DNA Evidence Claims To Have Identified Jack The Ripper


Tom Hale

Tom is a writer in London with a Master's degree in Journalism whose editorial work covers anything from health and the environment to technology and archaeology.

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The cobbled streets of Whitechapel have become synonymous with Jack the Ripper. Pyty/Shutterstock

In the early hours of September 30, 1888, the body of Catherine Eddowes was found in a pool of blood on the smoggy streets of Mitre Square in London, joining a host of other women believed to be murdered and mutilated by the unidentified serial killer known as "Jack the Ripper".

New DNA evidence, obtained from a stained shawl supposedly found at the scene of the crime, has now weighed in on the mystery and points towards a man who has long been suspected of being Jack the Ripper: Aaron Kosminski. 


Reporting in the Journal of Forensic Sciences, scientists have carried the "most advanced" genetic analysis of the "only remaining physical evidence linked to these murders". Their findings suggest that Eddowes' killer might have been Kosminski, a Jewish Polish barber who was one of the main police suspects, thereby implying he may have been Jack the Ripper. 

The two researchers, led by Liverpool John Moores University in the UK, gathered genetic information from descendants of the victim and suspect, as well as the current owner of the item and any lab personnel who had worked on the silk shawl. They say they were then able to match the sequences of one of Kosminski’s relatives to mitochondrial DNA gathered from a semen stain on the material. The DNA evidence also suggests that the suspect had dark hair and dark eyes. This also matches up with the only eyewitness account of the crime and physical descriptions of Kosminski.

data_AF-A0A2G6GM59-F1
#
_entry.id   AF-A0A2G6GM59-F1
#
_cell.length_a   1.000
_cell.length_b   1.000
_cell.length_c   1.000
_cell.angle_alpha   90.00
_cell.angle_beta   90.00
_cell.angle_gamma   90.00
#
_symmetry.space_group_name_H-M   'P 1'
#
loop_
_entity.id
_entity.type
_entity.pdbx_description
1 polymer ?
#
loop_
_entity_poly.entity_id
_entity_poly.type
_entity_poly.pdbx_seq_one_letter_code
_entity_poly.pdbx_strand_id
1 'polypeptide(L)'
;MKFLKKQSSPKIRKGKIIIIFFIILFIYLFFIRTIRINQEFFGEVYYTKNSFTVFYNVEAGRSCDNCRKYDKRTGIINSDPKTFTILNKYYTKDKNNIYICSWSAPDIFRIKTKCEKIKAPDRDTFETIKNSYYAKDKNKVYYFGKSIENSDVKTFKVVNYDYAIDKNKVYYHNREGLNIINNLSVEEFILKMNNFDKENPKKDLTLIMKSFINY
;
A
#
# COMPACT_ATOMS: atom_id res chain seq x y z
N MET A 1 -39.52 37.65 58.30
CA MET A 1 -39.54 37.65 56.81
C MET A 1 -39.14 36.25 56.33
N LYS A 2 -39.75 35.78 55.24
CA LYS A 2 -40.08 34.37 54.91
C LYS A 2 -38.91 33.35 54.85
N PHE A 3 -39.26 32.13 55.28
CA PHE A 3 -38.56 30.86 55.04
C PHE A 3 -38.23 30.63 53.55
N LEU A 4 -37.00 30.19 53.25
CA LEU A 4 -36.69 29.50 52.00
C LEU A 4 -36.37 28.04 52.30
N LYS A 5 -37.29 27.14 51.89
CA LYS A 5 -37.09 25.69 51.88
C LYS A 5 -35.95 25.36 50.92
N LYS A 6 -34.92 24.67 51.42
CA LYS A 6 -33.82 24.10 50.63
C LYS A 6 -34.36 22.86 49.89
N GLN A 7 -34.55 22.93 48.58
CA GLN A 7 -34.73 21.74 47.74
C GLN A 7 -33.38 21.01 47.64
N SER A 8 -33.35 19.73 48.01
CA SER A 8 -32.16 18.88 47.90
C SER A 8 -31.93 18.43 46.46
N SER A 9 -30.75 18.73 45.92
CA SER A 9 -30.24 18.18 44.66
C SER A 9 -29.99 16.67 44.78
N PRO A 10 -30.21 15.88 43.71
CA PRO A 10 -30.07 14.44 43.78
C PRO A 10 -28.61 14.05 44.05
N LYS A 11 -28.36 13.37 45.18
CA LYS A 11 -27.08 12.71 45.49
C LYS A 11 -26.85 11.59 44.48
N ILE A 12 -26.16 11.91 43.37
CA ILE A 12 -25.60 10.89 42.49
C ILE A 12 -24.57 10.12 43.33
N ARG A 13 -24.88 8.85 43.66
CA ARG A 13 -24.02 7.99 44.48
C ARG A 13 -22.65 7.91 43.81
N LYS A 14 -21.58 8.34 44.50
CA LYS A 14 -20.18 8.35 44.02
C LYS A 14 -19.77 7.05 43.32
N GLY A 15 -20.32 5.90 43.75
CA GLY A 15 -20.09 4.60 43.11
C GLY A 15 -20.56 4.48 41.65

Kosminski was suspected of being the serial killer by a number of important members of the London Metropolitan Police at the time. Sir Robert Anderson, Assistant Commissioner throughout the murders, cited a “Polish Jew” as one of the most credible suspects, widely interpreted as being a reference to Kosminski.

In 1984, Assistant Commissioner Melville Macnaghten wrote about Kosminksi in the context of the Whitechapel Murders, saying: “He had a great hatred of women, especially of the prostitute class, and had strong homicidal tendencies; he was removed to a lunatic asylum about March 1889.”


So, is this case closed? Perhaps not.

The study does not go into the details of the specific genetic variants that link Kosminski to the DNA on the shawl, which is quite unusual for a scientific paper. It’s also worth noting that you can't uniquely identify a criminal using mitochondrial DNA. It’s typically only used by police to exclude people from a list of suspects. While this means that Kosminski can’t be excluded from the group of suspects, it is also not possible to exclude many people.

This is also not the first attempt to use DNA evidence to unravel the mystery of the Whitechapel Murders. American crime author Patricia Cornwell claimed that Walter Sickert, a well-known eccentric and painter, matched mitochondrial DNA profiles from letters written by Jack the Ripper. Another analysis by Professor Ian Findlay focused on a stamp on a letter, supposedly written by Jack the Ripper, and concluded that the murderer could have been female. It’s also been widely recognized that many of these letters are actually forgeries.

While this new study is arguably the “most advanced study to date regarding this case”, it’s worth remembering that it is just the latest in a long line of claims regarding the notorious killer’s identity.


  • tag
  • DNA,

  • crime,

  • history,

  • forensics,

  • murder,

  • jack the ripper,

  • genetic evidence